You’ve got to love the timing of the debut of NewYorker.com, the New Yorker’s exceedingly modest new Web site. Here we are, some half-dozen years into the online revolution. Dot-coms are crashing all around, with the NASDAQ reduced to about half its level of a year ago. Net-based business plans are going up in flames. Webzines such as Salon and Feed are running on fumes. So what better day to unveil a Web content venture than February 12, 2001?
The New Yorker’s road to the Web has been rocky and long. Just a few weeks ago the New York Post’s Keith Kelly reported that editor David Remnick had to appeal personally to Condé Nast chairman S.I. Newhouse Jr. not to delay the Web site yet again, as company CEO Steve Florio had wanted to do. Well, now it’s here — and, at least in its initial incarnation, it’s about as innovative as yet another cover drawing of Eustace Tilley.
Let’s stipulate that, as magazine Web sites go, NewYorker.com is fine in a low-key, New Yorker–ish sort of way. It includes listings, “The Talk of the Town,” the humor column “Shouts & Murmurs,” Nicholas Lemann’s “Letter from Washington,” a short story by Alice Munro, and the back-of-the-book criticism. It excludes everything else — and the new issue being a double anniversary edition (with, yes, Eustace Tilley on the cover), that’s quite a bit, including a reminiscence by Gabriel García Márquez, a “U.S. Journal” by Mark Singer, and a piece by Adam Gopnick on schooling for hoodlums who are serving sentences at Rikers Island.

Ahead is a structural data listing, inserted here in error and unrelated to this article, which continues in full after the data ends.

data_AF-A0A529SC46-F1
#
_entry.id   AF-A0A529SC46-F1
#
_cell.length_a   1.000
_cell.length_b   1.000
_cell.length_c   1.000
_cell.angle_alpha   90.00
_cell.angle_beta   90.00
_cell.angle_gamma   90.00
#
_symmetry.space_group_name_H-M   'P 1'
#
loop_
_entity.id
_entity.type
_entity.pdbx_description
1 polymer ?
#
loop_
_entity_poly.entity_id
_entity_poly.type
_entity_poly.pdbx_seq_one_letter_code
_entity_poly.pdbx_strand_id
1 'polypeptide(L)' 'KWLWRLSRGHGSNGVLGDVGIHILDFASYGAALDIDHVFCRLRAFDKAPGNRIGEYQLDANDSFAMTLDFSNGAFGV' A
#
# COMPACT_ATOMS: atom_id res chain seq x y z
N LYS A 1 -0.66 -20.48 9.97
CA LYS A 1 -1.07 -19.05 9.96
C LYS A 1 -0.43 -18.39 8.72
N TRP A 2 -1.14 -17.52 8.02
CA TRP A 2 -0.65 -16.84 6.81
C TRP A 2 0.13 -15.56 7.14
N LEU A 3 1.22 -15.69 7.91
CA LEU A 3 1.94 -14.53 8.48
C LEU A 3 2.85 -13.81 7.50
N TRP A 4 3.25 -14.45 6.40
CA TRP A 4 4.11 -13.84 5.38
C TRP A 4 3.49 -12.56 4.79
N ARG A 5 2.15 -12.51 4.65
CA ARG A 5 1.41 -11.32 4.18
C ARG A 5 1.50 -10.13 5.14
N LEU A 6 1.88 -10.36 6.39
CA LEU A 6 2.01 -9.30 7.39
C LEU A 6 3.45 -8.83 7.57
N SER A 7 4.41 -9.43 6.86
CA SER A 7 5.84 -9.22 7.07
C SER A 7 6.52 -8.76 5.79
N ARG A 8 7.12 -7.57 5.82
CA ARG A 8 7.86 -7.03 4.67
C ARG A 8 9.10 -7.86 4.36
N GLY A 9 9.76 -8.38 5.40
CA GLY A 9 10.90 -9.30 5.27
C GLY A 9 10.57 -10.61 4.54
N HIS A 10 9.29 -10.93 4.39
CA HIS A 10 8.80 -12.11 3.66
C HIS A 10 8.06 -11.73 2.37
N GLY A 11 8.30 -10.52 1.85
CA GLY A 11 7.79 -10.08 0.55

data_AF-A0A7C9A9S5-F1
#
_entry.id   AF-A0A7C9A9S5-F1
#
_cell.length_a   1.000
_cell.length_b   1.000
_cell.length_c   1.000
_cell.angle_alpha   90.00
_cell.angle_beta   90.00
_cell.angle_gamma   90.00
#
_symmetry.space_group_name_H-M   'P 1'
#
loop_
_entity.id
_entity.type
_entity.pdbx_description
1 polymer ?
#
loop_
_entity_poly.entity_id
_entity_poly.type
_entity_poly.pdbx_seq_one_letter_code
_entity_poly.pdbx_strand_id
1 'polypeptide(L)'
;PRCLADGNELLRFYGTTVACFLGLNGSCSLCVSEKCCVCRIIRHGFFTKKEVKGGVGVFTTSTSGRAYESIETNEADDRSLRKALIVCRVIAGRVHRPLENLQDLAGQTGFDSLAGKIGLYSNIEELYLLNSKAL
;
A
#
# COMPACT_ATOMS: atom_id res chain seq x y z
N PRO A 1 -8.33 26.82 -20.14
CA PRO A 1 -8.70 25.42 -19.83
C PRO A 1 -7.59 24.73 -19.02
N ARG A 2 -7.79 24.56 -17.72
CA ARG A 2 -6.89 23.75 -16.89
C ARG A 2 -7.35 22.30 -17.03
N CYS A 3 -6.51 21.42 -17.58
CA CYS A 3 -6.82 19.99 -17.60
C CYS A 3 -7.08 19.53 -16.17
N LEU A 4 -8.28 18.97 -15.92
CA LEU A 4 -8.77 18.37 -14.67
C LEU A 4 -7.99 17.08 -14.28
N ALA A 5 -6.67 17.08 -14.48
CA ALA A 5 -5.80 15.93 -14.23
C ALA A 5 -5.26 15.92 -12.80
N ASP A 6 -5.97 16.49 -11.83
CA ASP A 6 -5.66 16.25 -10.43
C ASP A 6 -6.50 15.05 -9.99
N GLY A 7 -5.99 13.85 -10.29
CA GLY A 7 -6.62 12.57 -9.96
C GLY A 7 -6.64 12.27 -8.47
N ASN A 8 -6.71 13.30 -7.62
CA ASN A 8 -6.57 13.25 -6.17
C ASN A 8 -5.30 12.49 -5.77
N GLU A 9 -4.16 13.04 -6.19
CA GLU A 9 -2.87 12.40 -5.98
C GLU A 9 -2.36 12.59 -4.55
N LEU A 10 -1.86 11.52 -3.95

Unfortunately, what makes the New Yorker great simply doesn’t translate all that well into bits and bytes. The typeface is tiny to the point of being unreadable. Rather than paging through the cartoons — which is what makes the print magazine such a wonderful bathroom companion — the NewYorker.com reader gets sent to the affiliated Cartoon Bank, where you can watch cartoons randomly displayed on your screen. Eh. Worse, NewYorker.com intends to emulate magazines such as the Atlantic Monthly, the New Republic, and Newsweek, all of which load up their sites with content — some of it quite good — that you can’t get in the print version. Why subscribe to the magazine if you’ve still got to chain yourself to your computer?
One interesting feature is a direct link to a New Yorker section on Barnesandnoble.com. Among the offerings are three ebooks of anthologies from the magazine, comprising new fiction, medicine, and business. (The $7.95 ebooks, unfortunately, are available only in Microsoft Reader format.) According to an item in the current Publishers Weekly, more titles are expected to be rolled out soon.
Publishers Weekly contains some valuable misinformation as well. The URL that it lists for the New Yorker’s Web site is not www.newyorker.com, but rather www.newyorkermag.com, which turns out to be a pretty funny parody by Modern Humorist. My favorite: “ShoutsBot 1.0. Our proprietary software scans newspapers from two weeks ago and generates stilted but basically readable 700-word satires. It’s the next best thing to Christopher Buckley!”
Bookmark both of them.